Did you know studies have shown jasmine is more relaxing than valium? And when the skin smells sandalwood (I didn't even know skin could smell!) it starts to heal itself? Then there are the stories I keep coming across of people who cured a debilitating illness by eating fresh, organic foods. It's not rocket science, the notion that natural ingredients are better for us. That's not to say it's easy, or cheap, to embrace a natural lifestyle. I rid our house of chemical cleaners years ago. And yet, my refrigerator does NOT look like this:
In my quest to adopt a more organic lifestyle, I decided to make the switch to all-natural beauty products. I very quickly found myself pulled into the vortex of beauty blogs and YouTube videos. I had no idea there are women across the world who dedicate a sizable portion of their lives to reviewing beauty products on YouTube. My favorite videos featured an Italian woman who lives in Milan. I watched, mesmerized, as she spent a full eighteen minutes reviewing a single tube of lipstick. Granted, she had to stop when ambulance sirens blew past her apartment window, but eighteen minutes on a tube of lipstick? I took her word for it and purchased the lipstick only to discover it sticks to my two front teeth! Even a simple search to find an effective all-natural toothpaste proved daunting. So, I asked my dentist.
First, I listened as he told me about his friend Brittany who has a British mother and American father. "They named her sister Liberty. Brittany and Liberty!" he exclaimed with unusual fanfare for an otherwise reserved man who is a convincing doppelgänger for Jared Kushner. When I posed the question about all-natural toothpaste he launched off into a long diatribe on all things organic, using actual air quotes around the word "organic" as though it was a crackpot idea cooked up by left-wing nuts. This was the moment I realized my dentist is a cherry-picker when it comes to science. Gasp!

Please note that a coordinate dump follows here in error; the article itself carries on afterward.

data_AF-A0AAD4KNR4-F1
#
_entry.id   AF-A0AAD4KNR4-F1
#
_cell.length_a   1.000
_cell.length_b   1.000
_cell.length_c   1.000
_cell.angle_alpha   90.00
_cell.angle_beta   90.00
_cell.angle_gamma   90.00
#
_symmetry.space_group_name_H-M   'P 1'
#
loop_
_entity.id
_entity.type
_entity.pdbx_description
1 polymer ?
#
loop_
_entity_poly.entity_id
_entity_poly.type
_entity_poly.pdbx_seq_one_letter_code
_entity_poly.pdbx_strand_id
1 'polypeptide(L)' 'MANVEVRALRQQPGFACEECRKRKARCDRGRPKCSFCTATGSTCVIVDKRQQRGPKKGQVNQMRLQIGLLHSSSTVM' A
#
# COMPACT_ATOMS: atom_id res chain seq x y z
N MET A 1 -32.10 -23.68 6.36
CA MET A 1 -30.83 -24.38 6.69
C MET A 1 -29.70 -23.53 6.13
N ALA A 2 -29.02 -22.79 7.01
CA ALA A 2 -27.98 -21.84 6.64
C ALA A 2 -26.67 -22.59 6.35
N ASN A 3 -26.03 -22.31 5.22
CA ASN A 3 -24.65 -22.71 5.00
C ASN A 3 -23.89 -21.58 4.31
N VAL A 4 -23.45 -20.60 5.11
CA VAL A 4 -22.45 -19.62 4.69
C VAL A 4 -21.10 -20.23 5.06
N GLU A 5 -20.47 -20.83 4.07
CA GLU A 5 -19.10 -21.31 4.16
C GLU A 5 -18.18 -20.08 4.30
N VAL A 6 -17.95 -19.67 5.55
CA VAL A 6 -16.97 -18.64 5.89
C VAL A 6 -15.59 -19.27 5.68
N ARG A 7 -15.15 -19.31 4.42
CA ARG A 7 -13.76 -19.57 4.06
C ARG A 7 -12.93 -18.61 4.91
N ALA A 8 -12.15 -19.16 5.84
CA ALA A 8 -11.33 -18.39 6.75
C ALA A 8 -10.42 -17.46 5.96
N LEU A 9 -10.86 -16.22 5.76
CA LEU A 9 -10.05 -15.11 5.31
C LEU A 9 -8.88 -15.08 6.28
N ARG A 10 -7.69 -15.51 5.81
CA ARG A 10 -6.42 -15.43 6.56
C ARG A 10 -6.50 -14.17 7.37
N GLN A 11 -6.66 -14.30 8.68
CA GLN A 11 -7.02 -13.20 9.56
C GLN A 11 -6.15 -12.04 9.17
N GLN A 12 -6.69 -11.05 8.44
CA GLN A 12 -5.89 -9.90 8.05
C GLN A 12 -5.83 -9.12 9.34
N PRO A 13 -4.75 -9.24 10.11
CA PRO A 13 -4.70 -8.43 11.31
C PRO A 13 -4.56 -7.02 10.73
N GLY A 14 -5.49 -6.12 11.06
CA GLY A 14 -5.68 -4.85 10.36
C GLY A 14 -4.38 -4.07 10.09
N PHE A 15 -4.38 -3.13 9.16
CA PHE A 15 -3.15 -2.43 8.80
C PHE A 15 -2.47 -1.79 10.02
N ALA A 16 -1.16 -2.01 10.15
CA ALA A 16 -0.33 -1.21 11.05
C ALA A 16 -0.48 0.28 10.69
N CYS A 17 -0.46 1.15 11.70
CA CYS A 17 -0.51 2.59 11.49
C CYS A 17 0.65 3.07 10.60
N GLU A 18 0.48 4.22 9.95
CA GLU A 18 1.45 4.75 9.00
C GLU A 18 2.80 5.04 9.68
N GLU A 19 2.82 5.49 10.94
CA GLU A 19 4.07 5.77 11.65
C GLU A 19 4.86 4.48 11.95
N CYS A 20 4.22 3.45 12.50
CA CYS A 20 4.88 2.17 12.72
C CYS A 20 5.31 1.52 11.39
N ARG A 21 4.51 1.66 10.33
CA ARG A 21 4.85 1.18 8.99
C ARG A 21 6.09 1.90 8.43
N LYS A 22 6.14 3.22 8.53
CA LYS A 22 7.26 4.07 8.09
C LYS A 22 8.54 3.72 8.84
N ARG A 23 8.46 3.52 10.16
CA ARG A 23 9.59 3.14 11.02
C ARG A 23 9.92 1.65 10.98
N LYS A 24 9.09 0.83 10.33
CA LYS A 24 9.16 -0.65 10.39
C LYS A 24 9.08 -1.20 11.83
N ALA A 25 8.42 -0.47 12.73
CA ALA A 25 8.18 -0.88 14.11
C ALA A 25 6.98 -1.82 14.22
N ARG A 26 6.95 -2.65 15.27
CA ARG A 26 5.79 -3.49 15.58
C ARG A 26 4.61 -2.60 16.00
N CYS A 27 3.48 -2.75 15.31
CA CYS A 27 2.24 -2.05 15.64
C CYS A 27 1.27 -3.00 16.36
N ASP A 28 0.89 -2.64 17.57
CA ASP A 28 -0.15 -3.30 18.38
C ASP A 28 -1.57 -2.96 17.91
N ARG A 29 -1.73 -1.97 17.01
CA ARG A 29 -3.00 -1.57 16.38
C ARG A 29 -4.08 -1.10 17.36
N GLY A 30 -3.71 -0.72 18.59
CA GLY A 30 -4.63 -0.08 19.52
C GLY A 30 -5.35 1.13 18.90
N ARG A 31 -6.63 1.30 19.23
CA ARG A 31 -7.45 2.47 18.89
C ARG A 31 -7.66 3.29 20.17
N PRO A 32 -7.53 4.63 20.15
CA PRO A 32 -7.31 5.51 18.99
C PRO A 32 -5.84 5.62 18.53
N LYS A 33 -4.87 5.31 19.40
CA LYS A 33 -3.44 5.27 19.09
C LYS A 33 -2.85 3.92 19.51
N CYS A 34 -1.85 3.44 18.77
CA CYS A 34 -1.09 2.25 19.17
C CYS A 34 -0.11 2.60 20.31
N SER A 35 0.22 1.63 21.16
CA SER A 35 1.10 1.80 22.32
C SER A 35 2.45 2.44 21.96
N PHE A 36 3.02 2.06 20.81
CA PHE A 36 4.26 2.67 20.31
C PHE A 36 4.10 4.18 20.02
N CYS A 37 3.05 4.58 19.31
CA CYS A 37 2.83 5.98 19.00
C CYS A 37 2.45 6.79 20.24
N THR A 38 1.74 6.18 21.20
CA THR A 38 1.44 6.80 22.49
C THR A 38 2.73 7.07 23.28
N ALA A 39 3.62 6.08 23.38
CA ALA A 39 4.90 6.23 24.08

Around and around I went on a merry-go-round of natural products. "Coconut oil works wonders on all skin types." "Don't use coconut oil if you have oily skin." "Essential oils are safe and effective." "Essential oils can wreak havoc on your skin." Overwhelmed, I nearly gave up.
It was an idea from Martha Beck's book Finding Your Own North Star: Claiming the Life You Were Meant to Live that helped me find my way. Beck says the answer to most questions can be found by asking, "Does it feel like shackles on, or shackles off?" It's simple:
Shackles on, let it go.*
Shackles off, go for it.
*Be especially wary of anything that has a "should" attached to it.
It's surprising how many things we do in life because an expert, a YouTube video, or a trusted friend says we should. The notion that we would listen to our body above all else is counter-cultural. We've been taught that our feelings are fickle, suspect, and will surely lead us astray. The church goes so far as to say our natural impulses are the source of all sin. But I'm reminded again and again that one of our greatest gifts is our God-given, intuitive nature. It knows what it knows. And this, it turns out, is a whole hell of a lot.